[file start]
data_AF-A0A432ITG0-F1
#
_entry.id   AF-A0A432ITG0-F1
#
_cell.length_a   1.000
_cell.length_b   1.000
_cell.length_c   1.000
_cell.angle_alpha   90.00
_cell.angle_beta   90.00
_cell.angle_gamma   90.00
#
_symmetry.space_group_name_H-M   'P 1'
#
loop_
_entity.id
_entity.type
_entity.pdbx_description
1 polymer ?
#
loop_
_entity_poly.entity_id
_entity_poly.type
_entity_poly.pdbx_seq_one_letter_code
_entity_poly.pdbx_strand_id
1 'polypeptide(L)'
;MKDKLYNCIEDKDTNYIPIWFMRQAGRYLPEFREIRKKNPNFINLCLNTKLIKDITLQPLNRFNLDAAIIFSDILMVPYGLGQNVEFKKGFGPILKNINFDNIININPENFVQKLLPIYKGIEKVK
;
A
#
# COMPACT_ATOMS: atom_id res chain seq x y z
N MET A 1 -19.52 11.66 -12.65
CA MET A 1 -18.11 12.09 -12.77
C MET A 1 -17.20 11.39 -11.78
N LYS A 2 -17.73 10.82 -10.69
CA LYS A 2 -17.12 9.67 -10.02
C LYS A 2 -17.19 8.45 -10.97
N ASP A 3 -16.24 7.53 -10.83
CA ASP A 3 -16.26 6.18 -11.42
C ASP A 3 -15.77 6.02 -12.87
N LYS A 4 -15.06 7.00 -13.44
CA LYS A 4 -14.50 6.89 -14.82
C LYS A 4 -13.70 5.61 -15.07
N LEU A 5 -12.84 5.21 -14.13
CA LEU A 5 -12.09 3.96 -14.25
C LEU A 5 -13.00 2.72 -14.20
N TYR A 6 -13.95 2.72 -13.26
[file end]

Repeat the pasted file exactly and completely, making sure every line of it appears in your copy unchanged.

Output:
data_AF-A0A432ITG0-F1
#
_entry.id   AF-A0A432ITG0-F1
#
_cell.length_a   1.000
_cell.length_b   1.000
_cell.length_c   1.000
_cell.angle_alpha   90.00
_cell.angle_beta   90.00
_cell.angle_gamma   90.00
#
_symmetry.space_group_name_H-M   'P 1'
#
loop_
_entity.id
_entity.type
_entity.pdbx_description
1 polymer ?
#
loop_
_entity_poly.entity_id
_entity_poly.type
_entity_poly.pdbx_seq_one_letter_code
_entity_poly.pdbx_strand_id
1 'polypeptide(L)'
;MKDKLYNCIEDKDTNYIPIWFMRQAGRYLPEFREIRKKNPNFINLCLNTKLIKDITLQPLNRFNLDAAIIFSDILMVPYGLGQNVEFKKGFGPILKNINFDNIININPENFVQKLLPIYKGIEKVK
;
A
#
# COMPACT_ATOMS: atom_id res chain seq x y z
N MET A 1 -19.52 11.66 -12.65
CA MET A 1 -18.11 12.09 -12.77
C MET A 1 -17.20 11.39 -11.78
N LYS A 2 -17.73 10.82 -10.69
CA LYS A 2 -17.12 9.67 -10.02
C LYS A 2 -17.19 8.45 -10.97
N ASP A 3 -16.24 7.53 -10.83
CA ASP A 3 -16.26 6.18 -11.42
C ASP A 3 -15.77 6.02 -12.87
N LYS A 4 -15.06 7.00 -13.44
CA LYS A 4 -14.50 6.89 -14.82
C LYS A 4 -13.70 5.61 -15.07
N LEU A 5 -12.84 5.21 -14.13
CA LEU A 5 -12.09 3.96 -14.25
C LEU A 5 -13.00 2.72 -14.20
N TYR A 6 -13.95 2.72 -13.26